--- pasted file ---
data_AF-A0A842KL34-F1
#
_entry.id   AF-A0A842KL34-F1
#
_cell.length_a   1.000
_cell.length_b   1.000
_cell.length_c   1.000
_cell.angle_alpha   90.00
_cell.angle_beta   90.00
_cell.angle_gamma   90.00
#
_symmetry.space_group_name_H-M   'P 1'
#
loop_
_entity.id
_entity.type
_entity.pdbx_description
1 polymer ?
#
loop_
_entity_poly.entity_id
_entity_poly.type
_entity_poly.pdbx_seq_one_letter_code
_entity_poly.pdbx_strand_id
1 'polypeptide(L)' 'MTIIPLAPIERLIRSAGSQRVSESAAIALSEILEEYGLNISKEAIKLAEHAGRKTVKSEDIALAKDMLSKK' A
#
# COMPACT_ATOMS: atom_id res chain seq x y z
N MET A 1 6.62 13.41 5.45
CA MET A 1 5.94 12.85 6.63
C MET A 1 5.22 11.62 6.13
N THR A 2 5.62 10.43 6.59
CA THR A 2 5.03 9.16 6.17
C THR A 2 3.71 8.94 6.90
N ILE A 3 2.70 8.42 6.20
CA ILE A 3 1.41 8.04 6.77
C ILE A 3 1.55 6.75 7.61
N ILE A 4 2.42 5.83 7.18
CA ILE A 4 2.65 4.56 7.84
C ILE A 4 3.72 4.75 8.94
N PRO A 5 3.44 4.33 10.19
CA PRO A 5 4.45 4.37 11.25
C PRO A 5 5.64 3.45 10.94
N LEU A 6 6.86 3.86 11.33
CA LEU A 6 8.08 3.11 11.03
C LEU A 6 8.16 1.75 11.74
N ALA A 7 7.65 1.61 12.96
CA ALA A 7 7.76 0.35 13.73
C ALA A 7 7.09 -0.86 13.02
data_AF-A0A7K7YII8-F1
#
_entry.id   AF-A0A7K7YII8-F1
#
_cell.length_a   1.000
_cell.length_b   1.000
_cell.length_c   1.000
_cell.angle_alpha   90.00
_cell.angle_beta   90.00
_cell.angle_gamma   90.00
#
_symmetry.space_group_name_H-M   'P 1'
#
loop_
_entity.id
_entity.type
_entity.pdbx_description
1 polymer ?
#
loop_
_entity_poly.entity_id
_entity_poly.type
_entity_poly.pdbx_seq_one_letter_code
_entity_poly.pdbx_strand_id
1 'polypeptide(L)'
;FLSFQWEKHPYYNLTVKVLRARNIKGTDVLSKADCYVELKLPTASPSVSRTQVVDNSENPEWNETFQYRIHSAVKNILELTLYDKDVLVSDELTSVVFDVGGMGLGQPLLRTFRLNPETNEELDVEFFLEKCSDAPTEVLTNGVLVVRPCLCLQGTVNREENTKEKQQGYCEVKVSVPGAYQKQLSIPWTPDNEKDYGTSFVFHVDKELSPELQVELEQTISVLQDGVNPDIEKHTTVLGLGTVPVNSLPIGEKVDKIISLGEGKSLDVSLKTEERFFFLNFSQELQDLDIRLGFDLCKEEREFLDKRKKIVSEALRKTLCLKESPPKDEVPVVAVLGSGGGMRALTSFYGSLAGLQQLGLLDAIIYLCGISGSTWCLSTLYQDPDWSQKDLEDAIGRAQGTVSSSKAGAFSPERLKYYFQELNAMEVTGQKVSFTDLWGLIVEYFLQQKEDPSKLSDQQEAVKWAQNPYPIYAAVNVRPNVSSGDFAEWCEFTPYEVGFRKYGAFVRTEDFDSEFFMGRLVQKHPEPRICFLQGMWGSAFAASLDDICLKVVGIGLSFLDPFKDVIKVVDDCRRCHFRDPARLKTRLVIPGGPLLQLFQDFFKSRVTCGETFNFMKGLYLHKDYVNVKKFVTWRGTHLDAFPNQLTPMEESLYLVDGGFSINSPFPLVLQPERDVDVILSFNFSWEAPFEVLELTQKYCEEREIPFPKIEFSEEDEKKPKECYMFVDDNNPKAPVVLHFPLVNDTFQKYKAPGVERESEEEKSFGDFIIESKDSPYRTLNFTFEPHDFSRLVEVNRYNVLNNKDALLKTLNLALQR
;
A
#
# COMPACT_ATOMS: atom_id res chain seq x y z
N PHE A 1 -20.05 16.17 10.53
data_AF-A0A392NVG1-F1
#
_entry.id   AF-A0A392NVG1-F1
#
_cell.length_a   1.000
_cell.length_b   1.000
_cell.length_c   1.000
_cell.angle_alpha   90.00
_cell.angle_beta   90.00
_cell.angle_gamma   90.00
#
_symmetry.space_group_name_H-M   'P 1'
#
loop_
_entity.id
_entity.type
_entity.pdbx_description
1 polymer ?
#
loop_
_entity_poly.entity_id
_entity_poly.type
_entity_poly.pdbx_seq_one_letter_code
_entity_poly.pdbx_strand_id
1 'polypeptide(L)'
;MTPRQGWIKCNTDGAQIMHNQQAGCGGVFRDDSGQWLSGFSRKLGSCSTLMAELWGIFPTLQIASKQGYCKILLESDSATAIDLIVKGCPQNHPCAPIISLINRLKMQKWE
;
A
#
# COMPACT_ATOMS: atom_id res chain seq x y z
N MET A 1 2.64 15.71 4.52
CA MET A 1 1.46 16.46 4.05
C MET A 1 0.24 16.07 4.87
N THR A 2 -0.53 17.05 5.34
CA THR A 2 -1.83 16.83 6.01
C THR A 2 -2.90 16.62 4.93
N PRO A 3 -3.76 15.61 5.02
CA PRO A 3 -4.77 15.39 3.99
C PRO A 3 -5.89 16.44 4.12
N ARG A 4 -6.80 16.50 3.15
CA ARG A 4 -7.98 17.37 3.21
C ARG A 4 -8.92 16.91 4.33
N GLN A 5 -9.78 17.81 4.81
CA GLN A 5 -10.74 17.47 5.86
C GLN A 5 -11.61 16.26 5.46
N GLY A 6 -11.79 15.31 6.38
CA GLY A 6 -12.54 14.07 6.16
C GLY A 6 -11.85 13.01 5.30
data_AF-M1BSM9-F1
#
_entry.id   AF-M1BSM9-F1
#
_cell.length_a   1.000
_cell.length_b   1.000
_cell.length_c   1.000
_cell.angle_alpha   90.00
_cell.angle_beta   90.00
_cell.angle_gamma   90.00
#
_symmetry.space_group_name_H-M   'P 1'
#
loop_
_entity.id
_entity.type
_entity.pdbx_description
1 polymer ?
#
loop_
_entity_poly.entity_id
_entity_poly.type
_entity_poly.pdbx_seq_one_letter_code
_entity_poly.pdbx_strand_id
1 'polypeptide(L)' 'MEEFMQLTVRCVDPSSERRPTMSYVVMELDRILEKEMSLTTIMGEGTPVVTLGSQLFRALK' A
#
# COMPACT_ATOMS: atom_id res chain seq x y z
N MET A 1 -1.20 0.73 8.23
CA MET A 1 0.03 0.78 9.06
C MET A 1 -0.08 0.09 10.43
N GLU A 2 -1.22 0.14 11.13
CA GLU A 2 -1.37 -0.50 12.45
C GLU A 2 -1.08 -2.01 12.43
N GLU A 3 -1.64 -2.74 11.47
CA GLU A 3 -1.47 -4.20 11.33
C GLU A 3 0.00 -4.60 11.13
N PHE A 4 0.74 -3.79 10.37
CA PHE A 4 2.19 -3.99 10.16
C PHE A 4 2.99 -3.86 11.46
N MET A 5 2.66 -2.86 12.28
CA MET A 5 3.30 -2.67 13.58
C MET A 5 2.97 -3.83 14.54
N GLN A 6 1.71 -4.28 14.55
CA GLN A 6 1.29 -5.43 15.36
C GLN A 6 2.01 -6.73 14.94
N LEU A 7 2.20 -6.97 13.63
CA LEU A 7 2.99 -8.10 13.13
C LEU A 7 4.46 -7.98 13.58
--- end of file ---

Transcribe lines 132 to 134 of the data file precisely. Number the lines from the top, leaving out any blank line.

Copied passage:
_cell.length_a   1.000
_cell.length_b   1.000
_cell.length_c   1.000